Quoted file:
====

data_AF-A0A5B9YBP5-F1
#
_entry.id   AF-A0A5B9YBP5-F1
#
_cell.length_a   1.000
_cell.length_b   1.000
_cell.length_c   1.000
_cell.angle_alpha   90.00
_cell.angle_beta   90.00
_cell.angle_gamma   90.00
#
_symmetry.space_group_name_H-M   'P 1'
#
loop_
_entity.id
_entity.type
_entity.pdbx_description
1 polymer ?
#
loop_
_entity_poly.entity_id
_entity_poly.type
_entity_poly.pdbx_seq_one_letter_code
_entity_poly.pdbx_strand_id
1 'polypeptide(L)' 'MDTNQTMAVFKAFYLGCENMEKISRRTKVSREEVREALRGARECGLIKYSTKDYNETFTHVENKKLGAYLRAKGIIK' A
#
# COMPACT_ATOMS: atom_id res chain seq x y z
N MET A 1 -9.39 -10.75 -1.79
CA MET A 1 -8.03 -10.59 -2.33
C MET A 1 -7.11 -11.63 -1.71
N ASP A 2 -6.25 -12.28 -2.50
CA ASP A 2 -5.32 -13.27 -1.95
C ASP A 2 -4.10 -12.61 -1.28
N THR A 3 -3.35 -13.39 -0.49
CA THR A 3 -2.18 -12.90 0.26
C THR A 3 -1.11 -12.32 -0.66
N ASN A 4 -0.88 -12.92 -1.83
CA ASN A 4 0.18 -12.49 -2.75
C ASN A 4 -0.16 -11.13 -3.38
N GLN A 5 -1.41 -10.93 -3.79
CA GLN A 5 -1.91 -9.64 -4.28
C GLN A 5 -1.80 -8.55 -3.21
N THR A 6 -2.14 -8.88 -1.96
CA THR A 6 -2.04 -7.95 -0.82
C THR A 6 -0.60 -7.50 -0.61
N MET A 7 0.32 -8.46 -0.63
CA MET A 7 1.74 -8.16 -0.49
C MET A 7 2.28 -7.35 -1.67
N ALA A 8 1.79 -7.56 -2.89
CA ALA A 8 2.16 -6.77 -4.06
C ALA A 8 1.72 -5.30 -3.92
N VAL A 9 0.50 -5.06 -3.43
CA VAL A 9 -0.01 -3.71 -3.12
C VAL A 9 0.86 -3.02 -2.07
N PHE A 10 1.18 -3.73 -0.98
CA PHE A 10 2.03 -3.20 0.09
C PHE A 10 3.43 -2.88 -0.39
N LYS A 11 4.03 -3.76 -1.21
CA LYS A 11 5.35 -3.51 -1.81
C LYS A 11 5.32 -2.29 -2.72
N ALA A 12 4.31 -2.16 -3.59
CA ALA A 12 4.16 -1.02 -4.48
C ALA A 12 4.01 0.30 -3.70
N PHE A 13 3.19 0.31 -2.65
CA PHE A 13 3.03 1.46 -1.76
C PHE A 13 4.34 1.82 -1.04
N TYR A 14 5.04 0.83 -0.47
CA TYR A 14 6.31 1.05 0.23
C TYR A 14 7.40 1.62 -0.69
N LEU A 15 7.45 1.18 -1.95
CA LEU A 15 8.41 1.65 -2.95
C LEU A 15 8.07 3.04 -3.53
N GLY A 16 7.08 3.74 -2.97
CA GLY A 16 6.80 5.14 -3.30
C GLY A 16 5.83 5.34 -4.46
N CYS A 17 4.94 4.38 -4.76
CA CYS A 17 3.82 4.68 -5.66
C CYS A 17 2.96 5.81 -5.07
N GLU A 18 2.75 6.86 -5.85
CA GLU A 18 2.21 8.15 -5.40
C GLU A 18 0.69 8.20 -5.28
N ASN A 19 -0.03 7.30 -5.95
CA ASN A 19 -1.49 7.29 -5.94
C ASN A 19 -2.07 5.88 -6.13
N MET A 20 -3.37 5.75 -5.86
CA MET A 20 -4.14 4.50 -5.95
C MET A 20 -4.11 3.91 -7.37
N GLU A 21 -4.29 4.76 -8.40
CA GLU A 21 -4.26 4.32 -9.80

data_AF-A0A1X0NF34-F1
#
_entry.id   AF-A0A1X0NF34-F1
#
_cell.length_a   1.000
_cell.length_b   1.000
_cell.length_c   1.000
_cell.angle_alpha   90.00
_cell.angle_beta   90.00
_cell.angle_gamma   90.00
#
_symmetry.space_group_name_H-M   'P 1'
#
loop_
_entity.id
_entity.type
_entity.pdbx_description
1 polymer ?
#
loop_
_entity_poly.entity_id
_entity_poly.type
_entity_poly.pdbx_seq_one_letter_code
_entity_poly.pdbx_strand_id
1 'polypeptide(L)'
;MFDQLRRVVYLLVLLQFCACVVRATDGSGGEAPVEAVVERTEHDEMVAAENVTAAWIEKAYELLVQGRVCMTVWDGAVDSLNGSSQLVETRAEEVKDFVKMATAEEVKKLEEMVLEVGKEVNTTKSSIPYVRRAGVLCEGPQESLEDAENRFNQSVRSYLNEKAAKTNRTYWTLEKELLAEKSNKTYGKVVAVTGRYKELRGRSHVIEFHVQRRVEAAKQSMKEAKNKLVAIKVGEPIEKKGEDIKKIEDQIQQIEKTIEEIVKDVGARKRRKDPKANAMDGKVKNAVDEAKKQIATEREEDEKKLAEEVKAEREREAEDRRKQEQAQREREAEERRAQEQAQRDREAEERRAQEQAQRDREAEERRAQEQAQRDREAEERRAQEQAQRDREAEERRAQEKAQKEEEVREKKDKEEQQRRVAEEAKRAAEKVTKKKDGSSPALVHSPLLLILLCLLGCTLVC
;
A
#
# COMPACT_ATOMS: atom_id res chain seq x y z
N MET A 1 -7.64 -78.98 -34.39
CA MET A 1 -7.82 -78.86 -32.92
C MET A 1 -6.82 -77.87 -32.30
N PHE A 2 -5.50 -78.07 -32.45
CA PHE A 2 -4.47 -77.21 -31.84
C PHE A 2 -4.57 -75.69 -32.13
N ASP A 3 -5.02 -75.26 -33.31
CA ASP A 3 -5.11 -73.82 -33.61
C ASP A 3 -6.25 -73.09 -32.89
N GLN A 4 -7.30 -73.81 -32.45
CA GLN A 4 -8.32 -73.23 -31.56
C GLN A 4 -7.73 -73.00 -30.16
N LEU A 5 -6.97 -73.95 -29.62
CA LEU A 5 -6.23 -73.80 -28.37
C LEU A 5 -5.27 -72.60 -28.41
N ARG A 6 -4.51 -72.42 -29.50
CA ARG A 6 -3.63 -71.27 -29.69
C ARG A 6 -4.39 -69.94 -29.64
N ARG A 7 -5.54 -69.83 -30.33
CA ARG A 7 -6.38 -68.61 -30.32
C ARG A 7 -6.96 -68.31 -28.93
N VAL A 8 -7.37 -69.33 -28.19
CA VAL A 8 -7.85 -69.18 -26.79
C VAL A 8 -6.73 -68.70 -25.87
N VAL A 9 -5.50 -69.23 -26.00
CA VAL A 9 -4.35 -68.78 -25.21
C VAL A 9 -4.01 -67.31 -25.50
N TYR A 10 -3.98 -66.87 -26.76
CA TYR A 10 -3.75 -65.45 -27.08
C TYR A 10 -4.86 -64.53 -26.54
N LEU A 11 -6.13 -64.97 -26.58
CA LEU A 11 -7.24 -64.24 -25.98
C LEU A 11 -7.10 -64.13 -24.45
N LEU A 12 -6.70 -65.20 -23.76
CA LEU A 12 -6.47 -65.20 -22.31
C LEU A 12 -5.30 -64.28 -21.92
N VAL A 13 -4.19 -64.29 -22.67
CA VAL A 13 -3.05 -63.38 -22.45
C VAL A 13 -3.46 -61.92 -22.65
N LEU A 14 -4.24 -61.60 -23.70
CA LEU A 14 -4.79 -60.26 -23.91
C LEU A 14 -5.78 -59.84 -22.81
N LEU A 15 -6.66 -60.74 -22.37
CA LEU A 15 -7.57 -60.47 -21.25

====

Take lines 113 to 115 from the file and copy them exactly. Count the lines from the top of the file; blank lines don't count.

_entity_poly.pdbx_strand_id
1 'polypeptide(L)'
;MFDQLRRVVYLLVLLQFCACVVRATDGSGGEAPVEAVVERTEHDEMVAAENVTAAWIEKAYELLVQGRVCMTVWDGAVDSLNGSSQLVETRAEEVKDFVKMATAEEVKKLEEMVLEVGKEVNTTKSSIPYVRRAGVLCEGPQESLEDAENRFNQSVRSYLNEKAAKTNRTYWTLEKELLAEKSNKTYGKVVAVTGRYKELRGRSHVIEFHVQRRVEAAKQSMKEAKNKLVAIKVGEPIEKKGEDIKKIEDQIQQIEKTIEEIVKDVGARKRRKDPKANAMDGKVKNAVDEAKKQIATEREEDEKKLAEEVKAEREREAEDRRKQEQAQREREAEERRAQEQAQRDREAEERRAQEQAQRDREAEERRAQEQAQRDREAEERRAQEQAQRDREAEERRAQEKAQKEEEVREKKDKEEQQRRVAEEAKRAAEKVTKKKDGSSPALVHSPLLLILLCLLGCTLVC